Unless new investors are found, there will not be professional hockey in Toledo. After 14 seasons, the Toledo Storm announced yesterday that it has made a formal request to the ECHL to suspend operations for 2005-06.
The request will be considered by the league's board of governors during a conference call on April 12. Its approval is expected.
Faced with increased ECHL operational costs and dwindling attendance and revenue streams at the 58-year-old Toledo Sports Arena, it is believed that the team, whose majority owner Tim Gladieux also owns the Sports Arena, has lost hundreds of thousands of dollars since he purchased the franchise from founder Barry Soskin in November, 1998, for more than $2 million.
"The teams that are successful in this league are in modern buildings with the amenities like club seats and restaurants," Mr. Gladieux said from his home in Florida last night. "They're able to sell more tickets and sponsorships.
"If you can't sell the tickets, you're destined to lose money year after year. We don't see a light at the end of the tunnel until Toledo has a new building, and we don't want to continue to underwrite the losses year after year."
Mr. Gladieux said team officials are holding discussions with several parties who have expressed an interest in investing in or leasing the team. The club may withdraw its request if it can secure additional investors.
Regardless of what happens with the investors, a statement from team officials said that the Storm, which after last evening's 5-3 loss to Dayton is one point out of the fourth and final playoff spot in the North Division, will finish the 2004-05 campaign.
"Our biggest problem has been a dwindling season-ticket base," Storm Vice President and General Manager Mike Miller said.
Mr. Miller said the franchise, which won Riley Cup playoff championships in 1993 and 1994, sold as many as 1,700 season tickets at one point during the 1990s. The number of subscribers this season is approximately 750, half of what Mr. Miller said is needed for the team to succeed.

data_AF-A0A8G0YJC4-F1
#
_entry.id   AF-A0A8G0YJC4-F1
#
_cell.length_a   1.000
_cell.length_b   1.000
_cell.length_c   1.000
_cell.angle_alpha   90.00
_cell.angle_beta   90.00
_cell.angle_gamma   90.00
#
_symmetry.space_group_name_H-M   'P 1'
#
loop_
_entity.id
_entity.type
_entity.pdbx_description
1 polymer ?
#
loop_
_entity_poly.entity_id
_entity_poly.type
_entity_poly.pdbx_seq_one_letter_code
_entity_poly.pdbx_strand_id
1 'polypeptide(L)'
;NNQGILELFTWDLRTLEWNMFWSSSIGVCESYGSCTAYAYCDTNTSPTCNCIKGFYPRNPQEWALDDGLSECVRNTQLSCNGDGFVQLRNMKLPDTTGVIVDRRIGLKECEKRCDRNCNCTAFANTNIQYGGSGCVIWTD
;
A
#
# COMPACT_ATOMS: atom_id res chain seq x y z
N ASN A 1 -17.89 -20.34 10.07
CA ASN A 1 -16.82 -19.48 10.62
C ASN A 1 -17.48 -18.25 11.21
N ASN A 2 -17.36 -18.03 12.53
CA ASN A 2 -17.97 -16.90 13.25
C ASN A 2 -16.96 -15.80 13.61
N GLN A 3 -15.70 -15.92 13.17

Mayor Jack Ford said last night that he would be willing to work with the team and develop a group of citizens interested in hockey to help identify the 750 new season ticketholders the team says it needs.
"If it'll help, I'll buy the first of the 750," he said. "All we have to do now is identify the other 749."
The Storm ranks 17th out of 28 ECHL teams in attendance, with an average of 3,553 people in a facility that seats 5,330. That is down more than 200 from last season and markedly off Toledo's best average: 4,960 per game in 1998-99.
The team hoped for an attendance boost from hockey-starved fans - especially from the Detroit area - who were looking for a fix from the labor dispute that has resulted in the cancellation of the NHL season. But Mr. Miller said the lockout actually hurt Toledo.
"We hated to see the labor problems, but every minor league general manager was probably salivating because we thought it would be an instant boost to our gate," Mr. Miller said. "I changed my tune. Without the Red Wings on TV every night, without a game on ESPN every night, I think the lockout hurt attendance.
"Out of sight, out of mind," he added.
Mr. Miller said the team did look at marketing its product in Detroit but found it to be cost-prohibitive.
"We discussed with just about every electronic media outlet and even with some companies to place billboards in Detroit," Mr. Miller said. "I don't think cost-wise, for the amount of people that I could have drawn in, I don't think it was worth the expenditure."
"I don't think that was our problem, though. If we've got to rely every year on the NHL not playing, that we're going to draw from the Detroit area, I think that just basically tells you that we have a problem here in Toledo," he said.
Fans yesterday were not aware of the decision, with a few catching word as the news leaked out.
"I'm surprised, but not shocked," said former fan club president Rita Strange. "Attendance hasn't been very good. It's going to be hard not having hockey."
The city was without the sport for five seasons following the demise of the International Hockey League's Goaldiggers in 1986. Mr. Soskin, a Chicago businessman, secured an expansion franchise to begin operation in 1991.
At the time, ECHL budgets were $700,000. They are now in the range of $2 million.
"I really draw a parallel to what we saw happen in this city before," Mr. Miller said. "That was the Mud Hens' playing at the Lucas County Recreation Center and their season-ticket base dwindled for years. Look what happened when they got the new ballpark."
Mayor Ford said that building a new arena could help the team because it would increase interest, partly because people would want to see the new facility.
Mr. Miller informed the team of the pending suspension following last night's game.
"We're going to worry about moving forward and getting this team into the playoffs," Storm coach Nick Vitucci said. "We let the powers that be worry about what might come next season."
Blade staff writer Elizabeth A. Shack contributed to this report.
Contact Dan Saevig at: firstname.lastname@example.org.
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